Our Terms of Service and Privacy Policy have changed.

By continuing to use this site, you are agreeing to the new Privacy Policy and Terms of Service.

What gas spike? Americans still hungry for SUVs, pickups

Ford Explorers were one of the hot sellers in February, as demand for SUVs and trucks was very strong despite rising gas prices.Ford Explorers were one of the hot sellers in February, as demand for SUVs and trucks was very strong despite rising gas prices. By Chris Isidore, senior writer


NEW YORK (CNNMoney) -- Rising gas prices did not keep Americans from buying large pickups and SUVs in February, according to sales results from leading automakers.

Industrywide U.S. auto sales shot up 27% compared to a year ago according to sales tracker Autodata. That's well above forecasts of about a 19% increase. The sales rate was the best since the Cash for Clunkers program, and at that pace, sales could reach 13.4 million vehicles over a full year.

The month was particularly strong for the sale of light trucks, such as pickups, vans and SUVs, even in the face of higher gas prices. Truck sales rose 32% and had the best sales rate since before the financial meltdown.

"We're seeing consumer demand coming back stronger than we anticipated, along with loans and leases becoming easier to get," said Jesse Toprak, analyst with TrueCar.com.

Toprak said the two types of vehicles getting the most attention from buyers are small cars and full-size trucks, demonstrating that while fuel economy is becoming more important, there's still a lot of pent-up demand for larger vehicles.

The increase in gas prices isn't making the impact on buyers it did even a few years ago, said Paul Ballew, chief economist for Nationwide Financial.

"Keep in mind, we reset our expectations. Five years ago, $3 a gallon was 'Oh my goodness.' Now it's more of a norm," he said.

The real benchmark is more like $4 a gallon, according to Sergio Stiberman, CEO of LeaseTrader.com. He pointed to a survey of those turning in leased trucks, which showed only 16% did so because of high gas prices in February, compared to 78% in summer 2008, when gas hit a record $4 a gallon.

"During the uptick, concerns and complaints heat up when we pass certain price benchmarks, but widespread behavior doesn't actually change until we reach $4.00 per gallon," he said.

AAA's estimate for the average price of a gallon of regular gas stands at $3.375, up 9% in the last month. The price hikes are accelerating as unrest in the Middle East raises crude oil prices, causing a 6% rise in just the last week.

General Motors (GM) reported sales jumped 46% from a year earlier, with strong demand for the Silverado pickup truck leading the way. GM's top-selling pickup posted a 60% gain in sales, and an 84% increase in retail sales to consumers.

"There's a lot of speculation about what fuel prices will do for pickups, but these people are buying for needs," said Don Johnson, GM's vice president, U.S. Sales Operations. "I don't see that slowing."

GM executives said they're also seeing strong demand for small cars. Sales of the Chevrolet Cruze were up 32% compared to year-ago sales of the Cobalt model it replaced. And 46% of overall Chevrolet sales were 4-cylinder models, up 6 percentage points from a year ago.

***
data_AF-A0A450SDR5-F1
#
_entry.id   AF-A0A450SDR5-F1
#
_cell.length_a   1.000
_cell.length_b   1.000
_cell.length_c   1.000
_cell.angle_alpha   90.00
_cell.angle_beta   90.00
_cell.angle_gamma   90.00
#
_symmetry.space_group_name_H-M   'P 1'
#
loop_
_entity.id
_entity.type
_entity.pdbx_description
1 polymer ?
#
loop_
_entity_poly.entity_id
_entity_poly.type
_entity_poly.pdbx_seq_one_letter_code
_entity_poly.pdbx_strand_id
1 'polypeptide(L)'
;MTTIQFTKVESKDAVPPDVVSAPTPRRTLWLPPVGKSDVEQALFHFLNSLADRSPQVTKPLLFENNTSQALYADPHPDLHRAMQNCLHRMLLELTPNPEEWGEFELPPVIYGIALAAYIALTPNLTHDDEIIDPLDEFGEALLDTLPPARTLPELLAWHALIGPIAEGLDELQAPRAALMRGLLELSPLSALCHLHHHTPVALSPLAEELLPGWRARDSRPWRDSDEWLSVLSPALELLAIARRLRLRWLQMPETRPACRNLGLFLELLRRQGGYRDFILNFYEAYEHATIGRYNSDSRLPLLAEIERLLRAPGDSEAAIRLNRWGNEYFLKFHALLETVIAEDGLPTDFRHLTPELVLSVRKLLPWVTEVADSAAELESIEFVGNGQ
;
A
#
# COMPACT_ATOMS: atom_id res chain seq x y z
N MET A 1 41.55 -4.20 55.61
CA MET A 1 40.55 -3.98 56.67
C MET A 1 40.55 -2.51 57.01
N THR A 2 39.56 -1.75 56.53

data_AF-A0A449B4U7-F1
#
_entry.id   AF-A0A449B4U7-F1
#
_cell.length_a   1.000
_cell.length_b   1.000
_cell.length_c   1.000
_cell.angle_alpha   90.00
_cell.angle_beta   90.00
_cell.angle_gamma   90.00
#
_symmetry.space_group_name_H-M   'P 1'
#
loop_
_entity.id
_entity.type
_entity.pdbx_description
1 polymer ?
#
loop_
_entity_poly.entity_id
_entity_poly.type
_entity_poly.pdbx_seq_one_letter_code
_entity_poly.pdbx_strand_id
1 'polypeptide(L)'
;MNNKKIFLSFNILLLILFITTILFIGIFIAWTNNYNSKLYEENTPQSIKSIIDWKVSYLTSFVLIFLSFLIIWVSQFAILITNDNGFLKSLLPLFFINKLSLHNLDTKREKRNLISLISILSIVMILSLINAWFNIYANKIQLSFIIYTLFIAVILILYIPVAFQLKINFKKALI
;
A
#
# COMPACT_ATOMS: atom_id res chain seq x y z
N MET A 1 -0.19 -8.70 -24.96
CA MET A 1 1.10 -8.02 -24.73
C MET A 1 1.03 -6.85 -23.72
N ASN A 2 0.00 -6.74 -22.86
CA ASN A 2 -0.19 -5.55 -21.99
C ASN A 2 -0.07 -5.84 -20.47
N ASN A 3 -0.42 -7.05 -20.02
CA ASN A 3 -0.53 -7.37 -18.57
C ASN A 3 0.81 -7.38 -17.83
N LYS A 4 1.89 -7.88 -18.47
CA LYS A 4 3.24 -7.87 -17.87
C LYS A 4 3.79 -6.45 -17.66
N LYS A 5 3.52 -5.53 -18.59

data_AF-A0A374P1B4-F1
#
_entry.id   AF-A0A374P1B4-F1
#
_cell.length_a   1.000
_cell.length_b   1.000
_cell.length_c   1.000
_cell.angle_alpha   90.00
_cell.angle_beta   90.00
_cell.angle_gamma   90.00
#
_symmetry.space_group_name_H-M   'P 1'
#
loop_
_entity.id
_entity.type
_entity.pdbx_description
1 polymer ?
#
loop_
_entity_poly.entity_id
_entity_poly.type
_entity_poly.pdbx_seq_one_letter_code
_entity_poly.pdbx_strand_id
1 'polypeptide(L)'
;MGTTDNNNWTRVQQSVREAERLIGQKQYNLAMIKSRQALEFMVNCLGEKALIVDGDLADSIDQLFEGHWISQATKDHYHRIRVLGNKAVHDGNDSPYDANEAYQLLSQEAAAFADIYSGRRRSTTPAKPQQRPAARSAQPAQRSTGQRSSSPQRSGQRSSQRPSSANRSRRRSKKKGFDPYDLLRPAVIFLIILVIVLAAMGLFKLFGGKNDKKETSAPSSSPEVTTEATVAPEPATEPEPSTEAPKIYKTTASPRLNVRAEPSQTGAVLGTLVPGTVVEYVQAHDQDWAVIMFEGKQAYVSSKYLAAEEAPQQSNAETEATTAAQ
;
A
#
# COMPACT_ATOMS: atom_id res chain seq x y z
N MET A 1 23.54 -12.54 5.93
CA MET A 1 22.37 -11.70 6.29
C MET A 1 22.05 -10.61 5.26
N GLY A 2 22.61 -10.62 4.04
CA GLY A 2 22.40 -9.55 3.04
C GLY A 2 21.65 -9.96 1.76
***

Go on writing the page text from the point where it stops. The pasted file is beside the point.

But Johnson said he doesn't think gas prices at this level will eat into industrywide sales, and that even a steady rise in gas prices should leave sales relatively unscathed. He's more worried about a sharp price spike that will put some buyers on the sidelines.

"Nobody knows what will happen with fuel prices for sure, other than the fact that there will be volatility," he said.

Sales gains were more modest at Ford Motor (F, Fortune 500) and Chrysler Group, but both reported strong sales in some large pickup and SUV models. Ford sales rose 14%, helped by a 139% jump in sales of its redesigned best-selling SUV, the Explorer. The strong demand has resulted in a shortage of Explorers in showrooms.

George Pipas, Ford's director of sales analysis, said that while there was an increase in small-car sales in the first two months of the year, new offerings in the segment likely had as much to do with the shift as gas prices did.

Ken Czubay, Ford's vice president in charge of U.S. sales, said even truck buyers are becoming more conscious about mileage, with 30% of Ford's truck sales now fuel-efficient six-cylinder vehicles rather than the traditional eight-cylinder engine.

Chrysler Group reported a 13% gain in sales, almost entirely due to the 81% jump in sales among its Ram truck brand. The redesigned Jeep Grand Cherokee SUV also posted a 31% increase in sales.

Toyota Motor (TM) reported a 42% jump in sales, despite a new problem with recalls. Improved sales in small cars were a key element, with the Prius hybrid posting a 70% sales increase. The company was also helped by a 57% rise in SUV sales and improved sales of its Tundra full-sized pickup. To top of page

Index Last Change % Change
Dow 17,598.20 -91.66 -0.52%
Nasdaq 5,115.38 -12.90 -0.25%
S&P 500 2,098.04 -5.80 -0.28%
Treasuries 2.15 -0.06 -2.49%
Data as of 9:30pm ET
Company Price Change % Change
Apple Inc 118.44 -2.86 -2.36%
Bank of America Corp... 17.77 -0.11 -0.62%
Frontier Communicati... 5.15 0.43 9.11%
Micron Technology In... 19.00 0.49 2.65%
General Electric Co 25.87 -0.23 -0.88%
Data as of 4:01pm ET
Sponsors

Sections

Five major retailers have agreed to stop selling realistic-looking toy guns in New York state, attorney general Eric Schneiderman said Monday. More

Represented by Teamsters, workers servicing some big Silicon Valley firms demand higher wager and better benefits. More

Candle-Lite is committed to manufacturing in America -- which is a good thing because it contributes more than $300 million to Ohio's economy. More

You can't blame it on the economy anymore. More Millennials now have jobs, but are still living at home. More